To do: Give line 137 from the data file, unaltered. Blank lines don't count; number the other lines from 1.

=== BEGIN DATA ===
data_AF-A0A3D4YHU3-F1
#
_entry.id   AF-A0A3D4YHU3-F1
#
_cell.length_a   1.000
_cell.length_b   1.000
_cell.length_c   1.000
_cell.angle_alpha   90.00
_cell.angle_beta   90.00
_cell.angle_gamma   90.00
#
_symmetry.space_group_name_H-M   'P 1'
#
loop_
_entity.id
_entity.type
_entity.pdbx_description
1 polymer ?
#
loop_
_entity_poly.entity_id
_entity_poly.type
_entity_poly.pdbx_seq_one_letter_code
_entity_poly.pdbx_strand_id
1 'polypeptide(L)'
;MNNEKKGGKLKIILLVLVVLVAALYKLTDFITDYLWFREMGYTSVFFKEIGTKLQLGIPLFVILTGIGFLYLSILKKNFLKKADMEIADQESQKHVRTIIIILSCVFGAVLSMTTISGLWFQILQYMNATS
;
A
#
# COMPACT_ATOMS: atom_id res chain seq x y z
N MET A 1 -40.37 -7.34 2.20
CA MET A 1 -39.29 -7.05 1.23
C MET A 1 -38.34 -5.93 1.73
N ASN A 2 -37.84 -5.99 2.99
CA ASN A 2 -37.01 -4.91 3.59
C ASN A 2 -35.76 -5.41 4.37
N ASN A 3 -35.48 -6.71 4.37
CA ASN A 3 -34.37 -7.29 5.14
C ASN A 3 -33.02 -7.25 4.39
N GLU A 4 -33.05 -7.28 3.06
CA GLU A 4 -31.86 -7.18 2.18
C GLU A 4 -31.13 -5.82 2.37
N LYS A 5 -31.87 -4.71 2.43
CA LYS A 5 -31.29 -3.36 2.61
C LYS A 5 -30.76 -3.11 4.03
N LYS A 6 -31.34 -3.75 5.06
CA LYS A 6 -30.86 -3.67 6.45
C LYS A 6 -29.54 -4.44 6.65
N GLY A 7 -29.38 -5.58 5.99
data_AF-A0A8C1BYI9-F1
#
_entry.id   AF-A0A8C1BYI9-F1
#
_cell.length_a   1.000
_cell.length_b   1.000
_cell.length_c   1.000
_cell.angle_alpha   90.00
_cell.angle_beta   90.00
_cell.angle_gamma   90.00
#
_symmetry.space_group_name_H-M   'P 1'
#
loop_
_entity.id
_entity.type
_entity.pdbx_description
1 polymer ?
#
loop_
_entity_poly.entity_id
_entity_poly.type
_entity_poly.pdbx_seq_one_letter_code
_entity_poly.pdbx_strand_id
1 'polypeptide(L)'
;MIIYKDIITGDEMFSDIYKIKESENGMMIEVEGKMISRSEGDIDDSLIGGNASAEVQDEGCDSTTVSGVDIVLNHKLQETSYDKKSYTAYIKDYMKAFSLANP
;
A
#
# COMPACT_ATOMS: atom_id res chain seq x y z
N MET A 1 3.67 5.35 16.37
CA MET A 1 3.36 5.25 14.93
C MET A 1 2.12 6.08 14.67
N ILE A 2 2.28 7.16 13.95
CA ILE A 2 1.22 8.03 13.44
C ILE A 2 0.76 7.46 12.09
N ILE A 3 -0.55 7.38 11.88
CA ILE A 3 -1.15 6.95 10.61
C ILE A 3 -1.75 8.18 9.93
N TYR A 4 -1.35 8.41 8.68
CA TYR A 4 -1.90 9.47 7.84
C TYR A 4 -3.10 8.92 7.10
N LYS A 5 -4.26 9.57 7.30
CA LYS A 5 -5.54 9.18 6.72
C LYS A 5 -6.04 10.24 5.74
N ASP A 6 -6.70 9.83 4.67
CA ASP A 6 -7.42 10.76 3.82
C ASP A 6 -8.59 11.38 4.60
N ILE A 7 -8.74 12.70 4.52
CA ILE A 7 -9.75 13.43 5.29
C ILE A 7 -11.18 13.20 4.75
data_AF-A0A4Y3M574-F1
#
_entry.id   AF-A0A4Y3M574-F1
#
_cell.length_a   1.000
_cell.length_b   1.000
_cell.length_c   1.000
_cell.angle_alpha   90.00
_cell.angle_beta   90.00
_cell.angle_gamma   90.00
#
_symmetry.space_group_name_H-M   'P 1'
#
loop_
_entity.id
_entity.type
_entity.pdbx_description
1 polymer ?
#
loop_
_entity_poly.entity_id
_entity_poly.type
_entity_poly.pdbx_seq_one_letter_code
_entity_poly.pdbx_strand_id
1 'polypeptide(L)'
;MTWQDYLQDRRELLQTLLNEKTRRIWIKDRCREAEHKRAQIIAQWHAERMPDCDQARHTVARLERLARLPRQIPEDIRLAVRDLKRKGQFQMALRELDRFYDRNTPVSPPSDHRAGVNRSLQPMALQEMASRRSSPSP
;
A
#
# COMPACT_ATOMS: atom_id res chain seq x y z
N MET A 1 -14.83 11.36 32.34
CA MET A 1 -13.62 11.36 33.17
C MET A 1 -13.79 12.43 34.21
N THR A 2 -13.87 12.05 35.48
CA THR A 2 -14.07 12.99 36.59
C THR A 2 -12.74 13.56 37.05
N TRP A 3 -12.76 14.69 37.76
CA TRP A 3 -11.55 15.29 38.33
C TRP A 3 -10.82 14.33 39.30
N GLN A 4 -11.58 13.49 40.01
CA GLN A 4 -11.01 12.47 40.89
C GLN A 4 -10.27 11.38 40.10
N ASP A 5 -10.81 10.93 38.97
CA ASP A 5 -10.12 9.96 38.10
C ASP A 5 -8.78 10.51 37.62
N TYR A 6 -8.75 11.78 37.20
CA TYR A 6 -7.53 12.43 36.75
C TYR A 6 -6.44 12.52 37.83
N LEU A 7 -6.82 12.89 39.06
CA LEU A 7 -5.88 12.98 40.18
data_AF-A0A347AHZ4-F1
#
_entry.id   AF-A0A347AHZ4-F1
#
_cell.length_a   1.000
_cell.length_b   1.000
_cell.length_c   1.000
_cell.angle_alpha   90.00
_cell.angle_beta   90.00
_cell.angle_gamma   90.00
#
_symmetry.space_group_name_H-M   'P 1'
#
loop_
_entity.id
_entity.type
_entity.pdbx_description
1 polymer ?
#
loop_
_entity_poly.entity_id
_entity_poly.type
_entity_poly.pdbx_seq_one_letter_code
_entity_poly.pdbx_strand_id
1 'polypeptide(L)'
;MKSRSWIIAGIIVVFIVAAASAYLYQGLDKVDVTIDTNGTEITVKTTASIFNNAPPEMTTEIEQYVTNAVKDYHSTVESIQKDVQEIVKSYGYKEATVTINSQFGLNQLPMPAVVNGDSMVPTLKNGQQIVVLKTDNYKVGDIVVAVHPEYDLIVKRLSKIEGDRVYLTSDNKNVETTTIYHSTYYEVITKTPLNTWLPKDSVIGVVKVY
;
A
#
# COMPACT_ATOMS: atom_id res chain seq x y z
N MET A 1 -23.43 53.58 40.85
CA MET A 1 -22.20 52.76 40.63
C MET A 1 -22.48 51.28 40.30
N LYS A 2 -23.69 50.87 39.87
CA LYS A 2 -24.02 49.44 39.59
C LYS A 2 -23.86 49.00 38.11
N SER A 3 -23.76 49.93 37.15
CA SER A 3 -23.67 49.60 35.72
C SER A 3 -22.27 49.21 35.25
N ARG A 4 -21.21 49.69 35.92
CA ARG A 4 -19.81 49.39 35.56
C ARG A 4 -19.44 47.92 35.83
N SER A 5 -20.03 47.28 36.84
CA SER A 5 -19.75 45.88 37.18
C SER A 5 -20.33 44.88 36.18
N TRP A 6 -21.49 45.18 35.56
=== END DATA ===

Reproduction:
N TRP A 3 -12.76 14.69 37.76